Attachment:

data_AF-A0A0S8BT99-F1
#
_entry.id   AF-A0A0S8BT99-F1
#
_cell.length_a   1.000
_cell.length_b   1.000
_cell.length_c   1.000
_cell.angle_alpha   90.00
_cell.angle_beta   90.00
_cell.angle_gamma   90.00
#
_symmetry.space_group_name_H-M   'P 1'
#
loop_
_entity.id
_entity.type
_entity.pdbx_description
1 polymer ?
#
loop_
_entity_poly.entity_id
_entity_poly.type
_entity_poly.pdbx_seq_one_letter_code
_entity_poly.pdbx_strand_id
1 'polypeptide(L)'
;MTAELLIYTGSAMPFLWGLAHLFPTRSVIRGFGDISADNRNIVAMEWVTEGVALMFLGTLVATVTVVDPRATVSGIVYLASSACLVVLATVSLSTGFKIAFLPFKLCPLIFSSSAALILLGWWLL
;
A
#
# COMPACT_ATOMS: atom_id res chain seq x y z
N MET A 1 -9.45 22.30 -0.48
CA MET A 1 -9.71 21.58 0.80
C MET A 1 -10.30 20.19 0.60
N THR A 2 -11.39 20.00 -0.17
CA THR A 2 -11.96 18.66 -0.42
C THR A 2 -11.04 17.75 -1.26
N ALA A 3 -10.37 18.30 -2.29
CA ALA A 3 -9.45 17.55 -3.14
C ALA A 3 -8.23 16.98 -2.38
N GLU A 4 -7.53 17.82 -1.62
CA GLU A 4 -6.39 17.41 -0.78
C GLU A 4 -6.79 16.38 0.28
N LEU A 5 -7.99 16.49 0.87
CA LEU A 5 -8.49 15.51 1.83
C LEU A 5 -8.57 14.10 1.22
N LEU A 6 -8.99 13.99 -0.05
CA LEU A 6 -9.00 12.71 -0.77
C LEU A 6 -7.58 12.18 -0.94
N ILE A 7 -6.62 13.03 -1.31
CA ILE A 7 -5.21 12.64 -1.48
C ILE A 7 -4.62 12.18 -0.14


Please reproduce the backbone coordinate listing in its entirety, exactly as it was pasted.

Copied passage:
data_AF-A0A0S8BT99-F1
#
_entry.id   AF-A0A0S8BT99-F1
#
_cell.length_a   1.000
_cell.length_b   1.000
_cell.length_c   1.000
_cell.angle_alpha   90.00
_cell.angle_beta   90.00
_cell.angle_gamma   90.00
#
_symmetry.space_group_name_H-M   'P 1'
#
loop_
_entity.id
_entity.type
_entity.pdbx_description
1 polymer ?
#
loop_
_entity_poly.entity_id
_entity_poly.type
_entity_poly.pdbx_seq_one_letter_code
_entity_poly.pdbx_strand_id
1 'polypeptide(L)'
;MTAELLIYTGSAMPFLWGLAHLFPTRSVIRGFGDISADNRNIVAMEWVTEGVALMFLGTLVATVTVVDPRATVSGIVYLASSACLVVLATVSLSTGFKIAFLPFKLCPLIFSSSAALILLGWWLL
;
A
#
# COMPACT_ATOMS: atom_id res chain seq x y z
N MET A 1 -9.45 22.30 -0.48
CA MET A 1 -9.71 21.58 0.80
C MET A 1 -10.30 20.19 0.60
N THR A 2 -11.39 20.00 -0.17
CA THR A 2 -11.96 18.66 -0.42
C THR A 2 -11.04 17.75 -1.26
N ALA A 3 -10.37 18.30 -2.29
CA ALA A 3 -9.45 17.55 -3.14
C ALA A 3 -8.23 16.98 -2.38
N GLU A 4 -7.53 17.82 -1.62
CA GLU A 4 -6.39 17.41 -0.78
C GLU A 4 -6.79 16.38 0.28
N LEU A 5 -7.99 16.49 0.87
CA LEU A 5 -8.49 15.51 1.83
C LEU A 5 -8.57 14.10 1.22
N LEU A 6 -8.99 13.99 -0.05
CA LEU A 6 -9.00 12.71 -0.77
C LEU A 6 -7.58 12.18 -0.94
N ILE A 7 -6.62 13.03 -1.31
CA ILE A 7 -5.21 12.64 -1.48
C ILE A 7 -4.62 12.18 -0.14